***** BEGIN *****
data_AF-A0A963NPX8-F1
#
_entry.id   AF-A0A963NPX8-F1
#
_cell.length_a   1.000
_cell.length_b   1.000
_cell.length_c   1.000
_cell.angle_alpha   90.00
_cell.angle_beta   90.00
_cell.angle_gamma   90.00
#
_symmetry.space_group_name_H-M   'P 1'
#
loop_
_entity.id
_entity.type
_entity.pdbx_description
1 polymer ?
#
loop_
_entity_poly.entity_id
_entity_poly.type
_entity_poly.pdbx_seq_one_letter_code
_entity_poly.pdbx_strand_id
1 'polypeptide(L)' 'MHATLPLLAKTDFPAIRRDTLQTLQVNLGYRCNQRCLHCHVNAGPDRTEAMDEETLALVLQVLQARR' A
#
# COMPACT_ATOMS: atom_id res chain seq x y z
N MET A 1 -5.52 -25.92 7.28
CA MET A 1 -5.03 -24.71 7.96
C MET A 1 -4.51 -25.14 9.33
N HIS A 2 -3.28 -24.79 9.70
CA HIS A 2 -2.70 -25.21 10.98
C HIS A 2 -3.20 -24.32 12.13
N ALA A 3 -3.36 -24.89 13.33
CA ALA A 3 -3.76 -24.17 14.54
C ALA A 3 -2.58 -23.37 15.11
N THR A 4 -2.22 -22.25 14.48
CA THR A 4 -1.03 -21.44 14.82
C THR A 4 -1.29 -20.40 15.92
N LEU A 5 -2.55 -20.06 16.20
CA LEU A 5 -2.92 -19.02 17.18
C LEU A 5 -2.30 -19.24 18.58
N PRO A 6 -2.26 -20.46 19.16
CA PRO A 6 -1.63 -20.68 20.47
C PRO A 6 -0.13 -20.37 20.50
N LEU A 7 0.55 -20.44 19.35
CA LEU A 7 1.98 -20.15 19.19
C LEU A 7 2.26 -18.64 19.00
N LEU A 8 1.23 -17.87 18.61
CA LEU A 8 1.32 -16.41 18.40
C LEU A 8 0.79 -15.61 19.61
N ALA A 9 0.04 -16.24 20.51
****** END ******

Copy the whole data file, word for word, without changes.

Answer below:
data_AF-A0A963NPX8-F1
#
_entry.id   AF-A0A963NPX8-F1
#
_cell.length_a   1.000
_cell.length_b   1.000
_cell.length_c   1.000
_cell.angle_alpha   90.00
_cell.angle_beta   90.00
_cell.angle_gamma   90.00
#
_symmetry.space_group_name_H-M   'P 1'
#
loop_
_entity.id
_entity.type
_entity.pdbx_description
1 polymer ?
#
loop_
_entity_poly.entity_id
_entity_poly.type
_entity_poly.pdbx_seq_one_letter_code
_entity_poly.pdbx_strand_id
1 'polypeptide(L)' 'MHATLPLLAKTDFPAIRRDTLQTLQVNLGYRCNQRCLHCHVNAGPDRTEAMDEETLALVLQVLQARR' A
#
# COMPACT_ATOMS: atom_id res chain seq x y z
N MET A 1 -5.52 -25.92 7.28
CA MET A 1 -5.03 -24.71 7.96
C MET A 1 -4.51 -25.14 9.33
N HIS A 2 -3.28 -24.79 9.70
CA HIS A 2 -2.70 -25.21 10.98
C HIS A 2 -3.20 -24.32 12.13
N ALA A 3 -3.36 -24.89 13.33
CA ALA A 3 -3.76 -24.17 14.54
C ALA A 3 -2.58 -23.37 15.11
N THR A 4 -2.22 -22.25 14.48
CA THR A 4 -1.03 -21.44 14.82
C THR A 4 -1.29 -20.40 15.92
N LEU A 5 -2.55 -20.06 16.20
CA LEU A 5 -2.92 -19.02 17.18
C LEU A 5 -2.30 -19.24 18.58
N PRO A 6 -2.26 -20.46 19.16
CA PRO A 6 -1.63 -20.68 20.47
C PRO A 6 -0.13 -20.37 20.50
N LEU A 7 0.55 -20.44 19.35
CA LEU A 7 1.98 -20.15 19.19
C LEU A 7 2.26 -18.64 19.00
N LEU A 8 1.23 -17.87 18.61
CA LEU A 8 1.32 -16.41 18.40
C LEU A 8 0.79 -15.61 19.61
N ALA A 9 0.04 -16.24 20.51